Changes to loan serviceability could drive opportunity for brokers


What will the latest macro-prudential changes mean for brokers and the housing market?

Recent changes to how lenders have to assess loan applications could drive increased activity and opportunity for brokers. The changes have made the serviceability stress test tougher, which will make it harder for some to borrow what they want, but will also provide more security for both property owners and lenders. Mark Haron, Executive Director at Connective, has broken down what the changes mean for brokers, borrowers, and the housing market.

On 6 October the Australian Prudential Regulation Authority (APRA) announced an increase to the minimum interest rate buffer it expects banks to use when assessing the serviceability of home loan applications.

The change was in response to increasing scrutiny and concern about rising property prices across the country, continuing record low interest rates that can only go north eventually, and an increasing number of Australians going into debt beyond their means in reaction to the first two factors.

This all presents a pretty significant financial risk for our economy, a risk that rightly had to be curbed. It’s APRA’s job to protect Australians and the economy against this type of risk by using levers called macro-prudential regulation, which is what this change is.

What’s changed?

APRA has told lenders that by the end of October, it expects them to assess new borrowers’ ability to meet their loan repayments at an interest rate that is at least 3.0 percentage points above the loan product rate. This compares to a buffer of 2.5 percentage points that has been used since 2019. The minimum interest rate level lenders use to assess serviceability (also known as a ‘floor’ rate), averaged 5.09% across the major banks in June, 2021.

Who will it impact?

I don’t believe this change will have a dramatic effect on property prices, but anything that makes it tougher to borrow money will definitely have some impact, including creating opportunity for brokers and investors who can act quickly.

Overall, it’s likely to impact investors and those who have pre-approval more than first-home buyers, which might be surprising when the latter need the most help to enter the market. Saving a deposit and stamp duty are much bigger issues than serviceability for first-home buyers. Whereas, investors are more likely to feel the impact of these changes because if they’re refinancing or purchasing a new property assessment of their serviceability capacity flows across all of their debt.

What does the change mean for brokers?

Brokers could see APRA’s action ignite a flurry of activity. It could also create opportunities for brokers to engage with their clients and explain the changes.

The change could spur some people who may have been considering the property market, but were waiting for prices to settle, to be tempted to bring the activity forward to avoid further regulatory tightening. If they have legitimate concerns that this is going to go further, they’ll be looking to try and get into a property or upgrade their property sooner rather than later.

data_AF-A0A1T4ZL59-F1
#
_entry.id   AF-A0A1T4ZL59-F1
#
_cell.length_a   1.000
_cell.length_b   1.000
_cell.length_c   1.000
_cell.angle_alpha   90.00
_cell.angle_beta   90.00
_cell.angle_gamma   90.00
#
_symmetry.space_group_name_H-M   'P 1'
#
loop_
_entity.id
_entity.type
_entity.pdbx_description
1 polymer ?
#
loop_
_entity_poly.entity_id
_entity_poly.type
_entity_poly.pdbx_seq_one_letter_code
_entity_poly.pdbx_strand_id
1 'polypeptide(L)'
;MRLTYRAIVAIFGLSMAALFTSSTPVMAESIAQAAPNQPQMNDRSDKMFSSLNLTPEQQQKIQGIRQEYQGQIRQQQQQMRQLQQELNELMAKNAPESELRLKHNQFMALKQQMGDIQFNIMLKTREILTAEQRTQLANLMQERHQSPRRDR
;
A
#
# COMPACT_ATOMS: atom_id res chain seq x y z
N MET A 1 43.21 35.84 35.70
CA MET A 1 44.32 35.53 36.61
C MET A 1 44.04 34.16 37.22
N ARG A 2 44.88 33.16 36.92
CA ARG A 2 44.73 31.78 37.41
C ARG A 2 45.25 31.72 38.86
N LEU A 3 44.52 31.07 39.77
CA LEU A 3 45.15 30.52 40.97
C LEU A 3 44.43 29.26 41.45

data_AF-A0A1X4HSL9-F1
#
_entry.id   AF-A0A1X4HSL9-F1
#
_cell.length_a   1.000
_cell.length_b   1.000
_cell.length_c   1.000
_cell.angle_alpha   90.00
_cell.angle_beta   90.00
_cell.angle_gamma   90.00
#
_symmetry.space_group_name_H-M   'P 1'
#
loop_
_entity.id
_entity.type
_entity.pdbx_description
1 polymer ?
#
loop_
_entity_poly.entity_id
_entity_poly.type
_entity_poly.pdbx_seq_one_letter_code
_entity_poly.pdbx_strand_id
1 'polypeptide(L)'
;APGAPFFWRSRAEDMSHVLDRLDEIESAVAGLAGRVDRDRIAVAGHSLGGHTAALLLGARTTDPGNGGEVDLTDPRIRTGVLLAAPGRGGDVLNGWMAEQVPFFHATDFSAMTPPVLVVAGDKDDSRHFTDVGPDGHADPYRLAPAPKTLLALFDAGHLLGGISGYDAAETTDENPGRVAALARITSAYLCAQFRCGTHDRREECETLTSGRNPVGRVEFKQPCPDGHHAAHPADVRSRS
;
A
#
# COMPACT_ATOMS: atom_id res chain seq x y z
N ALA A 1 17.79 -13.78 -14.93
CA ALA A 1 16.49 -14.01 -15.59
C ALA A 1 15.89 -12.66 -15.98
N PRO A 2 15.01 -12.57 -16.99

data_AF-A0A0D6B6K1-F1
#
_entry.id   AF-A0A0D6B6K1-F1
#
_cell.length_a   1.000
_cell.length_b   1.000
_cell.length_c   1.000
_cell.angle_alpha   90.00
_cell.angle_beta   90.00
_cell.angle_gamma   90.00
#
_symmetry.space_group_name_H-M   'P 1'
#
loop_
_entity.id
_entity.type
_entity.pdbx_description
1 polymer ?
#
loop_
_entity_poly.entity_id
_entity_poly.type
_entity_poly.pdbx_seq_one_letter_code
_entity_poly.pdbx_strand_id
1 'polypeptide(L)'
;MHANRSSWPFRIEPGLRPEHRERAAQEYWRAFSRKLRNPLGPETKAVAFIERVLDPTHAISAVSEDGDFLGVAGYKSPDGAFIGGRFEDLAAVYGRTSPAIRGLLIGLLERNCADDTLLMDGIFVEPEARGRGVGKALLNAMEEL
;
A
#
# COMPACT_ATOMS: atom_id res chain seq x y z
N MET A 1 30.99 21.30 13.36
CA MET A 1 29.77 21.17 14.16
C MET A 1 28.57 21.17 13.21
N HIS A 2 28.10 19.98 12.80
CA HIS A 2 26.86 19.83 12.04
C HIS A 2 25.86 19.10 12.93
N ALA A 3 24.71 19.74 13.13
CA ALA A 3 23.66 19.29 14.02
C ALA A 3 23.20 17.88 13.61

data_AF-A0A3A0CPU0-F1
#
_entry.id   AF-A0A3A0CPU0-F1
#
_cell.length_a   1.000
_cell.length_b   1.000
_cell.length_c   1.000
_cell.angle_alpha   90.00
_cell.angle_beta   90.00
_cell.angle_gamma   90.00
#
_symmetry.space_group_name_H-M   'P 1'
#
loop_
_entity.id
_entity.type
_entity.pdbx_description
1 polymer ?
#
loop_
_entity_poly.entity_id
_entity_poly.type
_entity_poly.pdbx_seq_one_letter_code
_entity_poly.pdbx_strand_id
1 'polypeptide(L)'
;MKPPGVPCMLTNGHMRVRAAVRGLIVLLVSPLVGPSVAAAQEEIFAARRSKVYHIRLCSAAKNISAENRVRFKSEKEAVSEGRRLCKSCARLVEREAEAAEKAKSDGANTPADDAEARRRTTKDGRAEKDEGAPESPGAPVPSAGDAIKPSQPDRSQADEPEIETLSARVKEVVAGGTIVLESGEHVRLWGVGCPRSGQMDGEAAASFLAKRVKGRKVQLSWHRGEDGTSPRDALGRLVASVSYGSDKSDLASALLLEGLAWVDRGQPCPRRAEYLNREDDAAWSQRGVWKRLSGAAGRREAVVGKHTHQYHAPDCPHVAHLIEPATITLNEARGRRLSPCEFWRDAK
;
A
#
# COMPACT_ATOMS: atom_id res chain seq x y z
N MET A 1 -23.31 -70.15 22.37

What should brokers do?

  • Understand what the changes are, when they come into effect, and how they could impact your client base.
  • Revisit and reassess your pipeline of pre-approvals, and work with clients who need to reapply for smaller loans.
  • Educate and reassure your clients by talking to them about the changes and what it might mean for them.
  • Understand your clients’ plans and discuss the value in bringing decisions forward if possible to add value to them as a truly trusted advisor.
  • Download our client email template here to communicate with your clients about
  • What the changes are
  • How they might impact you
  • How I can help – get in touch.

Check out the template

I’m supportive of anything that promotes a sustainable housing market. This is intended to provide more confidence to borrowers, and confidence is integral to creating a sustainable environment. Increasing the minimum floor rate that lenders assess borrowers on creates a tougher test for borrowers, but it’s a test that provides more security for all parties and a more sustainable outcome.

Mark Haron
Executive Director

About Mark

Mark Haron was appointed executive director of Connective in 2006, having previously been the CEO at aggregator FAST. Mark brings a wealth of knowledge across all aspects of mortgage broking and lending. His vast experience and expertise spans operations, sales and relationship management.

He’s an active advocate of the industry and has recently been appointed to the MFAA Board.

His vision for the future of the industry strongly influences the direction that Connective takes in its dealings with broker members and lender partners.